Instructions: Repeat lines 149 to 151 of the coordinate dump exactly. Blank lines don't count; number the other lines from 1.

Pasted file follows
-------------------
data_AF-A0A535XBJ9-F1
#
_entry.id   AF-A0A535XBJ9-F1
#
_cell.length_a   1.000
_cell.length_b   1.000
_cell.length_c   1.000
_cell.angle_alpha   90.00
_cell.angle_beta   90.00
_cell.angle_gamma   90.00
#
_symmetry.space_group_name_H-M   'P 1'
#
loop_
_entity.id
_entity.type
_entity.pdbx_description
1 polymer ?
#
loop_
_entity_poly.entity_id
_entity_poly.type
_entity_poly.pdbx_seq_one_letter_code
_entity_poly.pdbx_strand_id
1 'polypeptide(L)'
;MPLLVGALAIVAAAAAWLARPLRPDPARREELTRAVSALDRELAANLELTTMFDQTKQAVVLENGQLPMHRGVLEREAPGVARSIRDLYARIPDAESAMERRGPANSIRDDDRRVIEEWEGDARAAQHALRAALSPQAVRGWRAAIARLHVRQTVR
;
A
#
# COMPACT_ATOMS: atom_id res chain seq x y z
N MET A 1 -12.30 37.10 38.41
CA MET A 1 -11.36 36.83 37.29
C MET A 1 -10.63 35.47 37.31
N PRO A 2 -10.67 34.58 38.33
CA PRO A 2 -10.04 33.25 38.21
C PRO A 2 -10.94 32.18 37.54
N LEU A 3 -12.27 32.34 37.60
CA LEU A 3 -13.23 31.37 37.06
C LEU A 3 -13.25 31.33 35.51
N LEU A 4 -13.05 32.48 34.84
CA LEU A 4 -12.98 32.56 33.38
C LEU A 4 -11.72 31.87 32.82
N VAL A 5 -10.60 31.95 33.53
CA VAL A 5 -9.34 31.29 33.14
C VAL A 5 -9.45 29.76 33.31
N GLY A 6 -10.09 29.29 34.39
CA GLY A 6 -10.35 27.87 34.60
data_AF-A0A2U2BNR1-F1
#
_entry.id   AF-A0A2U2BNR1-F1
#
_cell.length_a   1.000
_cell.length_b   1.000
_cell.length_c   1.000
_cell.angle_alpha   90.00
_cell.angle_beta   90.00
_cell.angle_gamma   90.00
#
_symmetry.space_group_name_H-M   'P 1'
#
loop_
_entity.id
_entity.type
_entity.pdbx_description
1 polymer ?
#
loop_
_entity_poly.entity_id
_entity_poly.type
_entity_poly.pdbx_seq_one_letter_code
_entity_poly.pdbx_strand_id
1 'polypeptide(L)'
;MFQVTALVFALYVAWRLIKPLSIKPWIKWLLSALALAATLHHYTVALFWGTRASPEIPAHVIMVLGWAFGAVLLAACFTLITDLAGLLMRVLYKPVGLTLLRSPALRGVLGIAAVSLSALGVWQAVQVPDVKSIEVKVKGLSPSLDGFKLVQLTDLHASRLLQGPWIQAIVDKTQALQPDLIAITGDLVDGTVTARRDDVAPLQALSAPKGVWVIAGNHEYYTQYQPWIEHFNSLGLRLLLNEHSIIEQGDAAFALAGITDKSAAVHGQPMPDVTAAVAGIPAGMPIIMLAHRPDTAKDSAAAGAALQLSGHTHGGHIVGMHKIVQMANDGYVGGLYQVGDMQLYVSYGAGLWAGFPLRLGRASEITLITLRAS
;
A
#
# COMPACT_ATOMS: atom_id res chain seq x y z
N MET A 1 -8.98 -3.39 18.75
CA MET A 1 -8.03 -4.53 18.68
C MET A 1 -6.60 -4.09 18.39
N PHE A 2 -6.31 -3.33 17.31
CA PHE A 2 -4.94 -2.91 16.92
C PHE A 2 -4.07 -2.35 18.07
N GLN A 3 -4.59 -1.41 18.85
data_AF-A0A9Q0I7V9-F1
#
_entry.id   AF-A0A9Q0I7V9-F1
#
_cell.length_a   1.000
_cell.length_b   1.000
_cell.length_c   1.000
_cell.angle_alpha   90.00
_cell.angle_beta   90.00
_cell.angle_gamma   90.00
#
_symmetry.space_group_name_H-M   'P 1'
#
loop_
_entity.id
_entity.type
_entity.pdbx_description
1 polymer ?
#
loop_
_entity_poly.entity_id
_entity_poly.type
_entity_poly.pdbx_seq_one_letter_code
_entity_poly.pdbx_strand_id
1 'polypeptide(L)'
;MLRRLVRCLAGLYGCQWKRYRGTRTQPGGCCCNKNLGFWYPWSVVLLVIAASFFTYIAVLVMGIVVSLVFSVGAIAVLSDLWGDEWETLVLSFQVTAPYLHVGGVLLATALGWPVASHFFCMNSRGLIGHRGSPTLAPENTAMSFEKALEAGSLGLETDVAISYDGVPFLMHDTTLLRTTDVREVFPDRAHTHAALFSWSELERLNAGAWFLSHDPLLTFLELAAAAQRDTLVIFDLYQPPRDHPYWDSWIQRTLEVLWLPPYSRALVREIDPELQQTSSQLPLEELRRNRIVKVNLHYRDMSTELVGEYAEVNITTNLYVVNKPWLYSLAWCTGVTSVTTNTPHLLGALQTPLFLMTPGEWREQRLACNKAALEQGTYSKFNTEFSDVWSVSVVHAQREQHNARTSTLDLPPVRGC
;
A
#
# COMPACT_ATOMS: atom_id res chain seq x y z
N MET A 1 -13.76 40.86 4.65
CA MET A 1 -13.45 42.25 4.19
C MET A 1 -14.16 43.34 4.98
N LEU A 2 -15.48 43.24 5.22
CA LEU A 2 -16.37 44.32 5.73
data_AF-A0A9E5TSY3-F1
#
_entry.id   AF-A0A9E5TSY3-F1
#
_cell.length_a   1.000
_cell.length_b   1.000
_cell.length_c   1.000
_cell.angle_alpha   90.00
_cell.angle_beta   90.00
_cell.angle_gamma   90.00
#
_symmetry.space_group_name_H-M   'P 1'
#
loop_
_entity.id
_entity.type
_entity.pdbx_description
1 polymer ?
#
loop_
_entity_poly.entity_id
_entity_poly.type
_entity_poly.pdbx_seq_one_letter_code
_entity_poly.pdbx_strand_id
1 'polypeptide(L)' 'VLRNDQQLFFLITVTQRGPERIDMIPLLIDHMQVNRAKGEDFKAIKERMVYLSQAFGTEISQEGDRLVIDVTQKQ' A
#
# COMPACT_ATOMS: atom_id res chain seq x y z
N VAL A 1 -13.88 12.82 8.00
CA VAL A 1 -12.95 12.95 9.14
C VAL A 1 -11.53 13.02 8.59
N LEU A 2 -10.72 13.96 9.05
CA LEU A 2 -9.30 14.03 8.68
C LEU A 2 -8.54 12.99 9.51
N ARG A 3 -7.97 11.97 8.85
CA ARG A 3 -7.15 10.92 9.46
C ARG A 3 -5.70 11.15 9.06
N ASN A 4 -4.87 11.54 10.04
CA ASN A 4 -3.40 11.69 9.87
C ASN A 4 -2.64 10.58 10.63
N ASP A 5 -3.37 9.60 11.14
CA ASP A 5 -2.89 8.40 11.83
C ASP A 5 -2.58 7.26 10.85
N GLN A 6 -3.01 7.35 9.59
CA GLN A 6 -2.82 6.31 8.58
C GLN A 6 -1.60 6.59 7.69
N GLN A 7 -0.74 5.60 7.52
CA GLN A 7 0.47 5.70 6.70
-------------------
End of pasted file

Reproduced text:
C VAL A 1 -11.53 13.02 8.59
N LEU A 2 -10.72 13.96 9.05
CA LEU A 2 -9.30 14.03 8.68